The Government is looking into longer-term options for managed isolation and quarantine, including purpose-built facilities.
But it is not being drawn on its further plans for after the vaccine roll-out and whether it would continue pursuing an elimination strategy or living with the virus, as seen recently in Australia and the United Kingdom.
In the UK, Prime Minister Boris Johnson announced an end to Covid-19 restrictions by July 19 despite surging case numbers and conceding there would be more deaths, an approach Covid-19 Response Minister Chris Hipkins said would not occur here.
Hipkins said as it became increasingly “clear” the virus would be around much longer, it was also clear MIQ facilities would be needed for longer than originally planned.
National Party Covid-19 spokesman Chris Bishop has welcomed the news, saying while work should have started last year with millions being spent on retrofitting hotels, it was “good that conversation is starting”.
Hipkins said 18 months ago when the pandemic was beginning it was not clear purpose-built facilities would be needed.
There were still uncertainties about what capacity was needed but the Government building its own facilities instead of relying on hotels was one of the options they were looking at, he said.
“These take some time to plan, consent and build so are part of the long-term.”
Prime Minister Jacinda Ardern said despite some Cabinet papers advising against permanent facilities, they had had some conversations about them.
“In the future not necessarily all those with contracts will want to offer their facilities as managed isolation.
“Something we might do in the future. Nothing immediately on the horizon, we are looking at the future and capacity and where they might be located.”
There was not the scale initially to build the facilities to the level needed, Ardern said.
“It is fair to say in the beginning there was also a fair amount of uncertainty about what the future and borders would look like.”
Bishop said the hotels had done a “pretty good job” initially but over time shortcomings had been revealed.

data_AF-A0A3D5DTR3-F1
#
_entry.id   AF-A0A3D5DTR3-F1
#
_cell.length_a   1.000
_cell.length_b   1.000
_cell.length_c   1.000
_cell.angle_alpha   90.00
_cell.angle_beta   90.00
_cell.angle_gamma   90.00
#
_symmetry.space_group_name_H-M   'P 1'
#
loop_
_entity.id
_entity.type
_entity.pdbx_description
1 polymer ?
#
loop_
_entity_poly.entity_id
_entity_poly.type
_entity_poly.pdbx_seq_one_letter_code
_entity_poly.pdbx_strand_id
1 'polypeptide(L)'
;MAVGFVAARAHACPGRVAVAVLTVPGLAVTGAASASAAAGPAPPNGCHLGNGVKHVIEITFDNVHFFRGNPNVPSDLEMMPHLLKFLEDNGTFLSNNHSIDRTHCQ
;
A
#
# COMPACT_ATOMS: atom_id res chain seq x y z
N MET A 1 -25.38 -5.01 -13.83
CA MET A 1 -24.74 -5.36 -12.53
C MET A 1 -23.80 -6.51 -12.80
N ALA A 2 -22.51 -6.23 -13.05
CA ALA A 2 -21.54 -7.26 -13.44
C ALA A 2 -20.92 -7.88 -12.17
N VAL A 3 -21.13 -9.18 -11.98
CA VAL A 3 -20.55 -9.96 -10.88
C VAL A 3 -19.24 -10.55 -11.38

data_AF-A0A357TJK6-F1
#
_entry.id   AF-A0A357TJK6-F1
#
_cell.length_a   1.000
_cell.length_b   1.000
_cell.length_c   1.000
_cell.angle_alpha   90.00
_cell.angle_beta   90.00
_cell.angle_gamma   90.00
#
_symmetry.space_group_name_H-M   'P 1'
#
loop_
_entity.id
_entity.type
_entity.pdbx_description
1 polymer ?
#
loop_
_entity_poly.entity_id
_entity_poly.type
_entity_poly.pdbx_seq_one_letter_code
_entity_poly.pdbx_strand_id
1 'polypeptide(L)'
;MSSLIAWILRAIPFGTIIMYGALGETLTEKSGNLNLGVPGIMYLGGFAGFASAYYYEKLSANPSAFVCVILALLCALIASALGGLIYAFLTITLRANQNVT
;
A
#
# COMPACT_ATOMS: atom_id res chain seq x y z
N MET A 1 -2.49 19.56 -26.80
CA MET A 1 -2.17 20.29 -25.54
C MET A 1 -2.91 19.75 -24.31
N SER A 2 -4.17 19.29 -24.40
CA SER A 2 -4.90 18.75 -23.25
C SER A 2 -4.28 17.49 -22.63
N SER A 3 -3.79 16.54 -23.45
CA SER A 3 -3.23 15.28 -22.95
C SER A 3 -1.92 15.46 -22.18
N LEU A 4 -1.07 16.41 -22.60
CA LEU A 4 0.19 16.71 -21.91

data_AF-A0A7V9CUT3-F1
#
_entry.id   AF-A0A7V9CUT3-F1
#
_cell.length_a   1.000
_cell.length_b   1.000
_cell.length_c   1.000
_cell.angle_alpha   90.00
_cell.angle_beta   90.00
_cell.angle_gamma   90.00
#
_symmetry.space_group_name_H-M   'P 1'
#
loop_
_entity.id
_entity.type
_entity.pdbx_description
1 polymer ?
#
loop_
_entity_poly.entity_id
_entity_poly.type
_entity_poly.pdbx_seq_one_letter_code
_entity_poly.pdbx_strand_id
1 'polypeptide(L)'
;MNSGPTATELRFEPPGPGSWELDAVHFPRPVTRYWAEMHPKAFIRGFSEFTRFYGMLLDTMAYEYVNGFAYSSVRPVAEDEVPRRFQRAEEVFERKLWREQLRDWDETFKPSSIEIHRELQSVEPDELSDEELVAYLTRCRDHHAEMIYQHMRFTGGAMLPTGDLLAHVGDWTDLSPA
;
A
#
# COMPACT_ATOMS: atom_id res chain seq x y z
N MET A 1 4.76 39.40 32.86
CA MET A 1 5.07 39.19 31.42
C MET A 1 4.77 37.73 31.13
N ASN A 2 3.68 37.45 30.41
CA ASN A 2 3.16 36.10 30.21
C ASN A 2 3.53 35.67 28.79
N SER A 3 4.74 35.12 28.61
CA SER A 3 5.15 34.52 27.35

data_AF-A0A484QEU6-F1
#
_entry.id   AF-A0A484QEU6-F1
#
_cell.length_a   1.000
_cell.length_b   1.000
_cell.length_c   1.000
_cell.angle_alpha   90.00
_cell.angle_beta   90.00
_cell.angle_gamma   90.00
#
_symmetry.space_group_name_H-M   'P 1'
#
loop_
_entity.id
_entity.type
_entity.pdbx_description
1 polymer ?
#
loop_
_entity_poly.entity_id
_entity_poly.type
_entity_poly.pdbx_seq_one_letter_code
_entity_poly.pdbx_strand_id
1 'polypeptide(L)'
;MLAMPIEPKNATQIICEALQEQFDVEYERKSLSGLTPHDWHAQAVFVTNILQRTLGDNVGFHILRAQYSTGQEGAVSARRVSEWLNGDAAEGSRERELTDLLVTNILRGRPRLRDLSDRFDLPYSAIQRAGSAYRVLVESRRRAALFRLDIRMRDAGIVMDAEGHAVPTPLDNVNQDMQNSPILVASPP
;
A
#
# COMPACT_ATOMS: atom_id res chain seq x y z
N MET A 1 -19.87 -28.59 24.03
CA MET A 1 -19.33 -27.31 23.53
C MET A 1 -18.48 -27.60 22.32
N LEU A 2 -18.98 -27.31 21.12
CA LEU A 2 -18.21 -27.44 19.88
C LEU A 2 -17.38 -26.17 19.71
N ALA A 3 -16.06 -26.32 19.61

There had been millions spent retrofitting them, and Bishop said with Covid being around “for some time” it would be more prudent to build purpose-built facilities, such as Australia was doing.
Bishop said he was concerned about the Government’s “sheer incompetence” on rolling out saliva testing.
“In September last year the Government’s expert advisers told it to introduce saliva testing as soon as possible. Saliva testing is still a form of PCR testing, but the samples are far easier to obtain and it’s kinder that the nasal swabs on those who have regular tests.
“But Covid-19 Response Minister Chris Hipkins has confirmed he still doesn’t have a timeline for a nationwide rollout of saliva testing, nine months on from the first recommendation.
“There have been just 386 saliva tests carried out as part of the voluntary scheme adopted in January. Experts say saliva tests has a similar accuracy rate to nasal swabs, and frequent testing would increase our security against Covid-19 at the border.”
Hipkins said the testing was at certain sites but there was not high uptake.
Saliva testing was voluntary, more frequent and with more pre-requisites such as not being able to smoke or eat for a period beforehand.
“That has put some people off,” Hipkins said.
More employers were being brought on board but it was taking longer than the Government would like, Hipkins said.
The Government has also been under pressure over its rollout of the vaccines for group 4, the general population.
The Ministry was accused in May of quietly changing the timeline on when the general public will be vaccinated from “from July” to “from the end of July”, without publicising the change.
Then on Sunday the Herald revealed the wording for group 4 was again changed from “being vaccinated from 28 July” to “they will be able to book their vaccinations from 28 July”.
Hipkins, who had previously gave assurances the group 4 rollout would begin in July, said that would now be dependent on how group 3 progressed.
“People will be able to book in but there is no guarantee they will be vaccinated straight away.”
Asked about the United Kingdom’s recently-announced plan out of the pandemic and ending restrictions despite surging case numbers, Hipkins said he would not “pass judgment on another country”.
In New Zealand decisions would likely see “incremental change”, he said.
Asked about the timeline for Cabinet approving the Pfizer vaccine for 12 to 15-year-olds, following MedSafe’s approval last month, Hipkins said they were still awaiting further information.
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